A retooling of Arkansas' private-option Medicaid expansion program was sent by a committee to the House floor Tuesday, setting the legislation up for a potential final vote as early as next week.
Senate Bill 410, dubbed the "Arkansas Health and Opportunity for Me Act," proposes to scrap the work requirement established by Gov. Asa Hutchinson and lawmakers in 2017 and replace it with a new system that incentivizes work and education with access to government-subsidized private health plans.
The plan would require a new federal waiver from President Joe Biden's administration in addition to approval from state lawmakers. Hutchinson expressed his support for SB410 at a rollout last month.
The sponsors of the legislation said Tuesday that the bill appeared to have a favorable path forward after clearing the House Public Health, Welfare and Labor Committee, where lawmakers favorable to other Medicaid models grilled the sponsors and Department of Human Services Secretary Cindy Gillespie.
"I think this was the biggest hurdle that we had," said Rep. Michelle Gray, R-Melbourne, the House sponsor of SB410.
After several hours of debate that stretched into the evening, the committee voted 11-7 to send the bill to the House. Gray said a floor vote was expected Monday.
[RELATED: See complete Democrat-Gazette coverage of the Arkansas Legislature at arkansasonline.com/legislature]
One of the opponents of the bill, Rep. Josh Miller, R-Heber Springs, argued that the proposed program would continue a practice of rewarding poor people who do not work with higher-quality private insurance plans, while medically frail Arkansans are kept on a traditional Medicaid fee-for-service model. Miller has proposed alternative legislation that would move all of the state's Medicaid recipients to fee-for-service.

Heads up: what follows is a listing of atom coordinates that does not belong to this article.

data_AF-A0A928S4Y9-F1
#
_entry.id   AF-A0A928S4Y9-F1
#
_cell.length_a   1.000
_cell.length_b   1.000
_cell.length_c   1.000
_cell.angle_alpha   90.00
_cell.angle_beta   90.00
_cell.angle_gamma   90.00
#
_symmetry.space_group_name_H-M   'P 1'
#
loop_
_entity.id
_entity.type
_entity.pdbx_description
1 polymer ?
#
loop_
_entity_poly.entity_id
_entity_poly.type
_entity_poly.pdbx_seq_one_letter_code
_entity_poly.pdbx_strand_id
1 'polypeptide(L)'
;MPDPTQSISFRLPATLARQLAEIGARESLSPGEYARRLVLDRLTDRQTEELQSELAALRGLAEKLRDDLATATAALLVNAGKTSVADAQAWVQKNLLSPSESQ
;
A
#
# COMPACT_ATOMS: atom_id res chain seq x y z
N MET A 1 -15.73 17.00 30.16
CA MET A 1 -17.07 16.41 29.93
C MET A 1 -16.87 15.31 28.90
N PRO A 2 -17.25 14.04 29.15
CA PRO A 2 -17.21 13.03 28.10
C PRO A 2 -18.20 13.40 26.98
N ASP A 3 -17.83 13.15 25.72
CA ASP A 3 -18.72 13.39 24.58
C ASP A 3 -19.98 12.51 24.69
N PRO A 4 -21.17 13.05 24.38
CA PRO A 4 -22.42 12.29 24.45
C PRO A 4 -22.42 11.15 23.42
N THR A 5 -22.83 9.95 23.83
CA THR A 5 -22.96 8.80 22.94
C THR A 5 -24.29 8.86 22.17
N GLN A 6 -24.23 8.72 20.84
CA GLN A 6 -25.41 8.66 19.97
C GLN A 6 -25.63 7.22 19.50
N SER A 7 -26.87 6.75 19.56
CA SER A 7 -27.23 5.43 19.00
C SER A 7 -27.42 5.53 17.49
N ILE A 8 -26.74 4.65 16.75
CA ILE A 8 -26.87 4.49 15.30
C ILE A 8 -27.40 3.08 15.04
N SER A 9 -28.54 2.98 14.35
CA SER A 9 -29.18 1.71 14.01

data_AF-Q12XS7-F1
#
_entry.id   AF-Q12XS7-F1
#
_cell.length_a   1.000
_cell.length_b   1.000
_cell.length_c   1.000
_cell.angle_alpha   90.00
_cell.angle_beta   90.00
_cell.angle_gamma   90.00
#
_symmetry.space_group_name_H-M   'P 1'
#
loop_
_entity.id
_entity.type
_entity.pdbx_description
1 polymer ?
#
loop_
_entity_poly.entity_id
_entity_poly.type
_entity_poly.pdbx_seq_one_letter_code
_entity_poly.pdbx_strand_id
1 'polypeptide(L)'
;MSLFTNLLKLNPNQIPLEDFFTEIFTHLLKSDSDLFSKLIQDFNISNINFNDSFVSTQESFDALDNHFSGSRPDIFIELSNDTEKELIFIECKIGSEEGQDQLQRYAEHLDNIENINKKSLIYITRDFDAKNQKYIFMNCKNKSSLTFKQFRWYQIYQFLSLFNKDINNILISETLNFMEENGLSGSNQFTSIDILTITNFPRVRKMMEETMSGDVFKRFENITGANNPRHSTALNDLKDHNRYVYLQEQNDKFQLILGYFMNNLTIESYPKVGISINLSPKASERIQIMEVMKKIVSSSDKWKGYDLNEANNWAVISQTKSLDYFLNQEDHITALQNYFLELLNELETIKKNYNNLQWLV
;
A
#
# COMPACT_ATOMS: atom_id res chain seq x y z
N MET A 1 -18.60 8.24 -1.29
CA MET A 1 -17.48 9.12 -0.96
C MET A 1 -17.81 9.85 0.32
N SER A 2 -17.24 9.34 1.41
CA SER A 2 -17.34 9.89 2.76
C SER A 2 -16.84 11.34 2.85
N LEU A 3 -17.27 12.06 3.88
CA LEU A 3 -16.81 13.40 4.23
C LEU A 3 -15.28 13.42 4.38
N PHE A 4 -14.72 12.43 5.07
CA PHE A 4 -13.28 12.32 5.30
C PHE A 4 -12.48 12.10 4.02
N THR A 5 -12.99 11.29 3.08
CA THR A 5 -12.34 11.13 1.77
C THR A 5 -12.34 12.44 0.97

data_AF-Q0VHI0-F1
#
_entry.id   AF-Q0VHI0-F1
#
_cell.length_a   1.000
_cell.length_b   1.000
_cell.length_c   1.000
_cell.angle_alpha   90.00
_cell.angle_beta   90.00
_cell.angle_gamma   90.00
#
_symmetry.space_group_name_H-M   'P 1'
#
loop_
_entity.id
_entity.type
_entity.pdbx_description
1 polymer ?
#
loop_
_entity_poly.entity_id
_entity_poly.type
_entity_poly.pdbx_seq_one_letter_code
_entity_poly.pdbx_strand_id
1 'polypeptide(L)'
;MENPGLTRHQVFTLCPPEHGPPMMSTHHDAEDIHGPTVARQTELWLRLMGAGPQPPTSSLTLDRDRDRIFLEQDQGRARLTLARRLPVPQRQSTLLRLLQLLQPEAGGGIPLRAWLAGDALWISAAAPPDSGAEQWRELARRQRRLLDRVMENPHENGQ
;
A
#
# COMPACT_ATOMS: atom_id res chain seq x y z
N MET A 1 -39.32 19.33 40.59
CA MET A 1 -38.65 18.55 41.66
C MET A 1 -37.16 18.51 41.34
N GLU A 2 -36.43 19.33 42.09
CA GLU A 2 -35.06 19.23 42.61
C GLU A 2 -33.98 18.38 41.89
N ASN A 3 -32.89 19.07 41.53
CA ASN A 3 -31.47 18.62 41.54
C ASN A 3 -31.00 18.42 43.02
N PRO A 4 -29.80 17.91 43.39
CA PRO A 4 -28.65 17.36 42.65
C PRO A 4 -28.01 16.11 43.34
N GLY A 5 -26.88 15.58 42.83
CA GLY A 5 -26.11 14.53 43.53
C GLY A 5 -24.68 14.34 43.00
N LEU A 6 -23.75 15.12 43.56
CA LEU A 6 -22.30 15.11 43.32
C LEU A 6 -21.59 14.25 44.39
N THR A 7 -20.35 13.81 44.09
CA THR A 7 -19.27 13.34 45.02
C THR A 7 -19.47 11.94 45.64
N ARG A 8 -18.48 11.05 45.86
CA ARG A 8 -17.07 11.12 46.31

"We have a two-tiered system in our Medicaid program right now," Miller said. "And it's just going to get worse if we keep this private-option, private insurance model in place."
Under SB410, low-income Arkansans who qualify for Medicaid expansion would be eligible for subsidized private health care plans if they meet criteria for work and education set by the Human Services Department, or by participating in certain programs tailored toward their health needs, such as prenatal checkups for pregnant women. Enrollees who fail to meet the requirements could be moved off the private plans to a fee-for-service model.
Eligibility for the Medicaid expansion program is set at 138% of the federal poverty level, which is $17,774 for a single adult or $36,570 for a family of four. More than 300,000 Arkansans are enrolled in the program, according to the Human Services Department.
Proponents of the fee-for-service model argue that it would cost the state less money to operate, saving about $180 million over five years, according to Human Services Department estimates.
Gillespie and the bill's sponsors, however, said those same projections estimate that a fee-for-service model would also reduce federal spending on Arkansas' Medicaid expansion program by $3 billion over five years, taking with it $310 million in state and local tax revenue, more than enough to offset savings.
The higher costs of the private health care plans also help prop up hospitals and medical providers in the state by reimbursing them at higher rates than traditional Medicaid.
"I can promise you, my hospital in Izard County -- it's on the brink of closing anyhow -- will close" if the private-option is ended, Gray said.
Gillespie said that other proposed revisions to the program, such as requiring enrollees earning over the federal poverty level to participate in cost-sharing plans, are aimed at making people who benefit from the program more accountable for their health and economic well-being.
"The program's been around now for seven years," Gillespie said.
"It is very much a part of the health care infrastructure and the financial infrastructure of this state. ... We've really been working on how do we take this and use this now to drive health improvement."
SB410 did not draw opposition from any of the House Public Health committee's Democrats on Tuesday. Democrats had traditionally supported the Medicaid expansion program, which was started under then-Gov. Mike Beebe, a Democrat, in 2013.
Under Hutchinson and the Republican-dominated legislature, Arkansas sought and received approval from then-President Donald Trump's administration to add a work requirement to the Medicaid expansion program in 2017. That requirement was later struck down by the courts.
Biden's administration, however, has signaled to the states that it will not permit traditional work requirements such as those sought by Arkansas.